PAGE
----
If I want to eat heaven in a bowl (a fruit smoothie bowl with crushed seeds and dates) I can. If I want to garden, go for a walk, do a strong yoga practice, I can. If I flub the ratios, don’t reduce my insulin enough or take too much, I’ll be okay.

15 minutes is easy. 15 minutes I can do.

with great respect…

rachel

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I’m back…

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My blood sugar hit 11.7 mmol today. It’s been a while. I mean a long while. Since starting Insulin in 2014 and simultaneously going low carb I’ve had excellent control. A high for me was about 9 mmol. In the last two years, even that was pretty rare.

The control I’ve had over my numbers has been directly related to a huge amount of food restriction. A.K.A living on eggs, non-starchy vegetables and avocados and olive oil for the last 6 years. When my husband would ask, “How is your dinner?” my standard reply was, “the same.” I could make breakfast, lunch or dinner in 15 minutes tops. Eating to live, and fine with that. Worth the sacrifice if it meant staying healthy.

Don’t get me wrong low carb works. It totally works. The question is… is it healthy and sustainable? I have been low carb for 6 years so it’s doable but healthy?anna-pelzer-IGfIGP5ONV0-unsplashHealthy is having a rainbow in your diet. Healthy is as much emotional satisfaction as physical satiation. Healthy is enjoying food, being social, being able to go out and pick something off the menu without guilt or fear. Healthy is putting the meal together and then trusting that what you inject will do the job. I’m not talking eat whatever you want and cover, rather eat whole foods that please the eye and the pallet. Know you are taking in life sustaining nutrients and that your body can take it in, digest it and distribute the energy accordingly.

This is the basis of a yoga practice, absorbing prana from food, the atmosphere, anything you consume. If our own energy is scattered, stuck or overly dogmatic, we can’t absorb prana which in turn builds Ojas, the basis of our immune system.

In Ayurveda diet should be mitahari, which means balanced. Eating whole grains, legumes, fruits, vegetables etc. Everything according to your type incorporating the six tastes of sour, salty, sweet, bitter, pungent and astringent.JMFO1826Before my diagnosis I was able to follow an Ayurvedic vegetarian diet ad infinitum. After diagnosis I found myself narrowing my diet according to what I felt sensitive to or what I thought wouldn’t cause a high blood sugar. Eventually I was so afraid of going low I stopped trying. I told myself I couldn’t have mung beans or quinoa because it was too confusing to dose for. I couldn’t have fruit because I would spike. My list of excuses was long. My openness and availability to try something new was zero.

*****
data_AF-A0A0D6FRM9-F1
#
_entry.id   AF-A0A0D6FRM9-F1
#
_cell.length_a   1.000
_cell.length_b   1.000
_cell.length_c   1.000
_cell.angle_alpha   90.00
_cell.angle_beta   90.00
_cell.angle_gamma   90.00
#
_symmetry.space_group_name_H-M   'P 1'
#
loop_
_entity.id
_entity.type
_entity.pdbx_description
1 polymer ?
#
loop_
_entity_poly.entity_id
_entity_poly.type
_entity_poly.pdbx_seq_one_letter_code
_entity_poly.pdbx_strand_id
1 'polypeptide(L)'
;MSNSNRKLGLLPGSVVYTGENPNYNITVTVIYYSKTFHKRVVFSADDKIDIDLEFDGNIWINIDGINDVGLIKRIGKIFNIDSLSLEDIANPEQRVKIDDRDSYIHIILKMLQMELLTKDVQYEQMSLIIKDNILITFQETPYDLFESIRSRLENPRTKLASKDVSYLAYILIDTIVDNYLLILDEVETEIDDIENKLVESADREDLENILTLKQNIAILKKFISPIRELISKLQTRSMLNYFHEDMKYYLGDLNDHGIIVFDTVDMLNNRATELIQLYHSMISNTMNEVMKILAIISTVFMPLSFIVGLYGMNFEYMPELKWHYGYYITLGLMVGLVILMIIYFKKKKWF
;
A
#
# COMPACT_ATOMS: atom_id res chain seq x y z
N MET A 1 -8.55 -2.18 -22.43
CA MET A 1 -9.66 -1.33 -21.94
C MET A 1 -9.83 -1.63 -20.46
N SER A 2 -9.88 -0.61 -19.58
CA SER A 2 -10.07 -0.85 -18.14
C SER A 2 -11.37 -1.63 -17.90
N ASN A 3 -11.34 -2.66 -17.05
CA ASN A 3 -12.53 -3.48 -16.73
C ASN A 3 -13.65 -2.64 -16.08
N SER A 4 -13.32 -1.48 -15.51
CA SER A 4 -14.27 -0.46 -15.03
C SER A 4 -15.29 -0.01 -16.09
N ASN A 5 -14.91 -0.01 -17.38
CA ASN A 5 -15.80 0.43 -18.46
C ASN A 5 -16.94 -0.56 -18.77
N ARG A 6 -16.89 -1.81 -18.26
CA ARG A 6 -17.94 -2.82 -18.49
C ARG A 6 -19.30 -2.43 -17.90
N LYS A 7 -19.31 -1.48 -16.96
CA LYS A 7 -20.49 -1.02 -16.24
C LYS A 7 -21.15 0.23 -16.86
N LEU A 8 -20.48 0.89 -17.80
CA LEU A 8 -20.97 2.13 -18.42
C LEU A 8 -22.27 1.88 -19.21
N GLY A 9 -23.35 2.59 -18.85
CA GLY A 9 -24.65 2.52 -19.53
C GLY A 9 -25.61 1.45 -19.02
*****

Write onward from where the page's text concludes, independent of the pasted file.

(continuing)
In the last few years I’ve started each year with a diabetes goal. In 2018 it was braving meal time insulin (up until then I managed on a split dose of basal with severe carb restriction). In 2019 I worked on healing my gut. My 2020 goal came out of months of feeling helpless around the situation we are facing on the planet and watching two documentaries Cowspiracy and The Game Changers. Discovering that animal agriculture is one of the main contributing factors to climate change and seeing how athletes were able to maintain a vegan diet and increase their performance, made me question what I was eating and why.

To be honest wanting to go vegan was a total heart longing. I’ve never liked the feeling of eating animals (as a kid, I used to pretend to eat my pork chop and when no one was looking I’d push it into a napkin and then excuse myself and flush it down the toilet) so it made sense to stop.pexels-photo-3669638The big question for me was how. How could I make the transition from keto to vegan smoothly? Was it even possible? While I was mulling over the what and how, a T1D friend sent me a PM about a new program she was on which was high carb, low fat and and how successful it had been. She suggested I try it.

I balked at the idea. Then another T1D I follow on Instagram shared his story of going from keto to vegan.  His story was inspiring and confronting. I had to ask myself, what was my excuse really? Was I going to be terrified of carbs and insulin for the rest of my life? What was holding me back?

Doing some deep soul searching around these fundamental questions forced me to take stock of the times in my life where I’d faced a seemingly insurmountable hurdle. I reflected on giving birth. That was terrifying, yet I did it. I thought about how I managed during 9/11. How when I thought I couldn’t handle the shock I actually rose above it and made it through. Even after my diagnosis I was able to eventually find a way to acceptance. I also thought about the beach. Here in South Africa the water is beyond cold. Going in takes a certain kind of bravado.IMG_0674That’s how I decided to approach this new and exciting chapter in my diabetes management. If I didn’t jump in, I might regret it. If I did, hopefully I’d feel refreshed and invigorated.

Five weeks on from transitioning to a plant-based diet. I’ve introduced a huge range of foods, with hardly a hitch in my digestion. The big challenge has been to experiment with insulin to carb ratios to find what works best when. I’ve also had way more highs and lows then before. I’ve had to be courageous while watching that straight down arrow on my freestyle libre. Patient when I see a spike.